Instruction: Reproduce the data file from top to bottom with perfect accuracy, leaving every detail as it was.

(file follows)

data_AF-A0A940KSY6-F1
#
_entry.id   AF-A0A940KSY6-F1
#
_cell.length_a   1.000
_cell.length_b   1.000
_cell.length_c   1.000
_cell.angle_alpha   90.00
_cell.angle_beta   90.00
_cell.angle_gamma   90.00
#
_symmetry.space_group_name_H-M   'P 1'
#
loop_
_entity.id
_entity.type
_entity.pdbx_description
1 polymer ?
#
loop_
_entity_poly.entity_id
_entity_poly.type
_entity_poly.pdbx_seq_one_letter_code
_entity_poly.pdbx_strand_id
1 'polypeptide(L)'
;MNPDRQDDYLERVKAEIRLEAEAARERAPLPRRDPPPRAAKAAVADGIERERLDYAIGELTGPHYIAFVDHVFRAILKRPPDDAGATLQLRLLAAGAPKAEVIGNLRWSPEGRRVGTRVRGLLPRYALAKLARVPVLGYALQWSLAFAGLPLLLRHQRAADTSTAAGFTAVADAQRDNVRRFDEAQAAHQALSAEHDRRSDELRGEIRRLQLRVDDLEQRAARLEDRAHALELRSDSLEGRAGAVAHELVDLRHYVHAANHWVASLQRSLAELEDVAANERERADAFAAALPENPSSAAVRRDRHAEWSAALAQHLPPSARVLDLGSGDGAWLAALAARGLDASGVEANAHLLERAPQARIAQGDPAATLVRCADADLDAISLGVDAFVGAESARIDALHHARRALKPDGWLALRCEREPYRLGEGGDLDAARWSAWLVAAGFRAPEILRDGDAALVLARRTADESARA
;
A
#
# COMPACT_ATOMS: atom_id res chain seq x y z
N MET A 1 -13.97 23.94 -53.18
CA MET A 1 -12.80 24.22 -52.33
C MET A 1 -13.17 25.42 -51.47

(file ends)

data_AF-A0A940KSY6-F1
#
_entry.id   AF-A0A940KSY6-F1
#
_cell.length_a   1.000
_cell.length_b   1.000
_cell.length_c   1.000
_cell.angle_alpha   90.00
_cell.angle_beta   90.00
_cell.angle_gamma   90.00
#
_symmetry.space_group_name_H-M   'P 1'
#
loop_
_entity.id
_entity.type
_entity.pdbx_description
1 polymer ?
#
loop_
_entity_poly.entity_id
_entity_poly.type
_entity_poly.pdbx_seq_one_letter_code
_entity_poly.pdbx_strand_id
1 'polypeptide(L)'
;MNPDRQDDYLERVKAEIRLEAEAARERAPLPRRDPPPRAAKAAVADGIERERLDYAIGELTGPHYIAFVDHVFRAILKRPPDDAGATLQLRLLAAGAPKAEVIGNLRWSPEGRRVGTRVRGLLPRYALAKLARVPVLGYALQWSLAFAGLPLLLRHQRAADTSTAAGFTAVADAQRDNVRRFDEAQAAHQALSAEHDRRSDELRGEIRRLQLRVDDLEQRAARLEDRAHALELRSDSLEGRAGAVAHELVDLRHYVHAANHWVASLQRSLAELEDVAANERERADAFAAALPENPSSAAVRRDRHAEWSAALAQHLPPSARVLDLGSGDGAWLAALAARGLDASGVEANAHLLERAPQARIAQGDPAATLVRCADADLDAISLGVDAFVGAESARIDALHHARRALKPDGWLALRCEREPYRLGEGGDLDAARWSAWLVAAGFRAPEILRDGDAALVLARRTADESARA
;
A
#
# COMPACT_ATOMS: atom_id res chain seq x y z
N MET A 1 -13.97 23.94 -53.18
CA MET A 1 -12.80 24.22 -52.33
C MET A 1 -13.17 25.42 -51.47